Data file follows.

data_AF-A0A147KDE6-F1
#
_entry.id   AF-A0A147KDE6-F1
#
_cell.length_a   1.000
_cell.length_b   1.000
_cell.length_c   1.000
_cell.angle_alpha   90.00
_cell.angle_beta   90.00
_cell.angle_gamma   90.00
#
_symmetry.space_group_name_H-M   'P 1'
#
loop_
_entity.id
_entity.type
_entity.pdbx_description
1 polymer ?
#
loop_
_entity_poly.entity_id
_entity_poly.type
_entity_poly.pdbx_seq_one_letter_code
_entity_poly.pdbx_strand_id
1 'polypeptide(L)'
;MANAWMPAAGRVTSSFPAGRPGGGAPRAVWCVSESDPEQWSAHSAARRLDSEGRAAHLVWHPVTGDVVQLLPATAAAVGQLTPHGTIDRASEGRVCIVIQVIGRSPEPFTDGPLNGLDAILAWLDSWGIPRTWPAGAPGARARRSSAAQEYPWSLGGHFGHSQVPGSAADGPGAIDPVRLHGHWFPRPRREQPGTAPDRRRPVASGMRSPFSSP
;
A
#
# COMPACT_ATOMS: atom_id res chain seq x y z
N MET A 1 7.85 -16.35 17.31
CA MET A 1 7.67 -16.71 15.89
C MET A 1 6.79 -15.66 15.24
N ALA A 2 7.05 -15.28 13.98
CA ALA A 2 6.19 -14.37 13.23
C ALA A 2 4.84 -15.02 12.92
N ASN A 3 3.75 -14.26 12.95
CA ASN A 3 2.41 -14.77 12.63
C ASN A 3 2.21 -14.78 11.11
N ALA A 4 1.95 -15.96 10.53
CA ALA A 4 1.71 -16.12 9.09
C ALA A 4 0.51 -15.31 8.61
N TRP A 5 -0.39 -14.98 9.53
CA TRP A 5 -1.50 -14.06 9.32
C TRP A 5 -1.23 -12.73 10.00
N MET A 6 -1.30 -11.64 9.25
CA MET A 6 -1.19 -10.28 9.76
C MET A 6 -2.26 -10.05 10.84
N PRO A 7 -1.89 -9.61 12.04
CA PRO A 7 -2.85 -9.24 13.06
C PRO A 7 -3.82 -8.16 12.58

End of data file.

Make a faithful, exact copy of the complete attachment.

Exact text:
data_AF-A0A147KDE6-F1
#
_entry.id   AF-A0A147KDE6-F1
#
_cell.length_a   1.000
_cell.length_b   1.000
_cell.length_c   1.000
_cell.angle_alpha   90.00
_cell.angle_beta   90.00
_cell.angle_gamma   90.00
#
_symmetry.space_group_name_H-M   'P 1'
#
loop_
_entity.id
_entity.type
_entity.pdbx_description
1 polymer ?
#
loop_
_entity_poly.entity_id
_entity_poly.type
_entity_poly.pdbx_seq_one_letter_code
_entity_poly.pdbx_strand_id
1 'polypeptide(L)'
;MANAWMPAAGRVTSSFPAGRPGGGAPRAVWCVSESDPEQWSAHSAARRLDSEGRAAHLVWHPVTGDVVQLLPATAAAVGQLTPHGTIDRASEGRVCIVIQVIGRSPEPFTDGPLNGLDAILAWLDSWGIPRTWPAGAPGARARRSSAAQEYPWSLGGHFGHSQVPGSAADGPGAIDPVRLHGHWFPRPRREQPGTAPDRRRPVASGMRSPFSSP
;
A
#
# COMPACT_ATOMS: atom_id res chain seq x y z
N MET A 1 7.85 -16.35 17.31
CA MET A 1 7.67 -16.71 15.89
C MET A 1 6.79 -15.66 15.24
N ALA A 2 7.05 -15.28 13.98
CA ALA A 2 6.19 -14.37 13.23
C ALA A 2 4.84 -15.02 12.92
N ASN A 3 3.75 -14.26 12.95
CA ASN A 3 2.41 -14.77 12.63
C ASN A 3 2.21 -14.78 11.11
N ALA A 4 1.95 -15.96 10.53
CA ALA A 4 1.71 -16.12 9.09
C ALA A 4 0.51 -15.31 8.61
N TRP A 5 -0.39 -14.98 9.53
CA TRP A 5 -1.50 -14.06 9.32
C TRP A 5 -1.23 -12.73 10.00
N MET A 6 -1.30 -11.64 9.25
CA MET A 6 -1.19 -10.28 9.76
C MET A 6 -2.26 -10.05 10.84
N PRO A 7 -1.89 -9.61 12.04
CA PRO A 7 -2.85 -9.24 13.06
C PRO A 7 -3.82 -8.16 12.58